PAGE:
My second recommendation is that we have a sense of a national standard. A federal national standard for eligibility for legal aid is important, it's valuable, and it's what should be central to what Canadian legal aid is. That may differ from community to community as costs of living differ. Nonetheless, we manage to define poverty in ways that are flexible in that regard. There's no reason that ability to afford a lawyer couldn't be done the same way.
    Third, we don't have a standard for legal aid beyond the bare minimum court-required standard for criminal legal aid and for child protection legal aid. There's nothing that we could call a Canadian standard for legal aid. As is probably obvious to you, that could be an area for federal engagement. It is not at the moment. It's important. It's important because when we go across the country, there are places in which, for example, family legal aid, even for those who are eligible for it, only gets them a restraining order. It doesn't resolve the problem, and it doesn't move them to a resolution and allow them to get on with their lives.
    Those are my broad comments about legal aid.
    There's a third area that's increasingly prominent from an international perspective, and that is legal aid plans being a policy adviser to government, largely because they see more areas of the justice system than do other parts of the system. They represent criminal defendants, family litigants, and refugees. They often provide public legal education and legal information. They are out-of-court problem-solvers. They manage large cases, and in some cases, they are actual policy advisers. This is something that the International Bar Association is recommending in its new set of guidelines for legal aid, and it seems to be an area in which there's a value to be added and a way in which legal aid can assist through committees like this and assist government broadly in policy development.
    Those are, generally, my recommendations, particularly with regard to legal aid.


    With regard to indigenous access to justice, this is a big deal for legal aid. In British Columbia—the statistics I have—30% of our criminal clients are of indigenous heritage. About 28% of our family clients are of indigenous heritage, and about 42% of our child protection clients have indigenous heritage. Now I know those are just numbers, but the number that goes with those is 6%. That's the indigenous population in British Columbia. They are suffering legal problems at a higher rate than the general population. They're marginalized in significant ways from justice system functions, and there is very little that's being done to address that systemically within the justice system.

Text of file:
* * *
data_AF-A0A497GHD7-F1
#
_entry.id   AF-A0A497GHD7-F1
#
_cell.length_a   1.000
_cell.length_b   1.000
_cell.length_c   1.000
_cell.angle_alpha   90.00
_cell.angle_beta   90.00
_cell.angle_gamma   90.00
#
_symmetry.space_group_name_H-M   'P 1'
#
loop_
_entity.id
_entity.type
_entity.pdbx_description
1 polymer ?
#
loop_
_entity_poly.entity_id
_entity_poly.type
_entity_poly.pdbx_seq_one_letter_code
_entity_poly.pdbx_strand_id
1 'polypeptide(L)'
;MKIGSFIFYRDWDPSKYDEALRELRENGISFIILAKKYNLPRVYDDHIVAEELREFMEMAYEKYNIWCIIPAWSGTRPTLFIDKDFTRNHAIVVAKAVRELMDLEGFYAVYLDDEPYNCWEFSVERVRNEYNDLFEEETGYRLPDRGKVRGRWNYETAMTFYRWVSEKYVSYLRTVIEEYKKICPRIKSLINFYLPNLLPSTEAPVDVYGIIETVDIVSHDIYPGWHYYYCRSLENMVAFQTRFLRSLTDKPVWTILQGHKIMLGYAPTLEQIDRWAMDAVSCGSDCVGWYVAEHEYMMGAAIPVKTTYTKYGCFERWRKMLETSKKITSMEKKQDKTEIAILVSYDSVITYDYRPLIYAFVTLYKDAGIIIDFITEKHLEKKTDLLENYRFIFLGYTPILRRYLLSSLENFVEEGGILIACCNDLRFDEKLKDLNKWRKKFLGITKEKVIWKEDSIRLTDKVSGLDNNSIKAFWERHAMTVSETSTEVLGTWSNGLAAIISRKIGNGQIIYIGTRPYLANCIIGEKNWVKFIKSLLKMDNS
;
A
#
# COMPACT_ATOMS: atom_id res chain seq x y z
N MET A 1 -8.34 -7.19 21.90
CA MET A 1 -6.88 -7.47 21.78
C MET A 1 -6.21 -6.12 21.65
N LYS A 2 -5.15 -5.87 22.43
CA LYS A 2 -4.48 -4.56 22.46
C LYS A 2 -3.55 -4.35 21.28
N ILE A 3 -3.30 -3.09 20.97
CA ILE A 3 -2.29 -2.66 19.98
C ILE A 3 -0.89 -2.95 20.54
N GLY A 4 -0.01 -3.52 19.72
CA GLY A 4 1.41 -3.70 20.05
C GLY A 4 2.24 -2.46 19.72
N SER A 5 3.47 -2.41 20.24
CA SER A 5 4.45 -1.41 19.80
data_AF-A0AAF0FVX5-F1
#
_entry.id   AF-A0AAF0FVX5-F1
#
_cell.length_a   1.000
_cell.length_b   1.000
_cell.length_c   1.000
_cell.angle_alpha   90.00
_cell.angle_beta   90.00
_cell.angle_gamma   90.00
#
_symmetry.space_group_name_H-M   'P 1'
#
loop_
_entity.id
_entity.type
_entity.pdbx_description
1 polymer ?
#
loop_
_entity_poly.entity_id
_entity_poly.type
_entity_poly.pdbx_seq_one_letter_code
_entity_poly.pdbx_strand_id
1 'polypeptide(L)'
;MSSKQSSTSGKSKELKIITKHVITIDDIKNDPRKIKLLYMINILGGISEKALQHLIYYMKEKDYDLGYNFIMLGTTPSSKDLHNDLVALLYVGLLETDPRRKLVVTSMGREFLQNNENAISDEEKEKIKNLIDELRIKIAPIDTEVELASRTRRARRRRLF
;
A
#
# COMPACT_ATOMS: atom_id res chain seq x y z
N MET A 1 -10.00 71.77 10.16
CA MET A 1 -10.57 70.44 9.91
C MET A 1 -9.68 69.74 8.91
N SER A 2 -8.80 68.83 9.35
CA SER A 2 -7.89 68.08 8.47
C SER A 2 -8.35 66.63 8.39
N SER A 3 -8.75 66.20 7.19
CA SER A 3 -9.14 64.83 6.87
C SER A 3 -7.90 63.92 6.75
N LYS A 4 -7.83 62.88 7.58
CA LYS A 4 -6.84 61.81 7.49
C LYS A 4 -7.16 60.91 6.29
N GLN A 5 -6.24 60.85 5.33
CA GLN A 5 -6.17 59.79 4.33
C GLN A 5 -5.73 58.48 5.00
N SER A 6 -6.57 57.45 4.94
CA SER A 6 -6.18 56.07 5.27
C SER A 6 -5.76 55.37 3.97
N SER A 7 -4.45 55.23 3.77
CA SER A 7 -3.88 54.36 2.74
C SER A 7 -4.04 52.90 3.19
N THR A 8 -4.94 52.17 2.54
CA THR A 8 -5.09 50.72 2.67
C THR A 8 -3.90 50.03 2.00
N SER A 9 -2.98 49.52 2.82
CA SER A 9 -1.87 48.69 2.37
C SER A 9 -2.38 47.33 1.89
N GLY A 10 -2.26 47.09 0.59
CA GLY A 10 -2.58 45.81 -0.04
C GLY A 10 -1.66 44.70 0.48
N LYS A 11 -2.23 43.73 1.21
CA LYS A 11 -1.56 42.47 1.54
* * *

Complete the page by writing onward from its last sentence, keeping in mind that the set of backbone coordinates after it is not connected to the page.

Looking at our own domains in British Columbia, we discovered that, notwithstanding the cultural sensitivity training and all the other pieces that we do to try to build effective bridges into those communities, our services were found to be unfriendly, unaccessible, and simply not communicated in an effective way. That's because legal aid plans tend to be run by lawyers. They tend to be administered by lawyers. They tend to be focused on justice system values rather than the importance of what people want when they appear in front of us. This isn't peculiar to indigenous communities; it's just extreme in indigenous communities.
    Here is a list of recommendations I have in that regard. My recommendations are based on about three years of consultations down at the community level. These are not political consultations but rather more pragmatic ones.
    There needs to be funding to establish and operate a network of community advocates to support people using the justice system. These are not lawyers; they may not even be court workers. They are people in the community who know what's happening. In health care there are navigators, and an analogue to that is needed in justice.
    There ought to be professional development and training to build intercultural competency within the justice community, including skills-based training in intercultural competency, conflict resolution, human rights, and anti-racism. This isn't just about lawyers, though it includes lawyers. It includes everybody in the system. The Truth and Reconciliation Commission calls to action cover that quite clearly.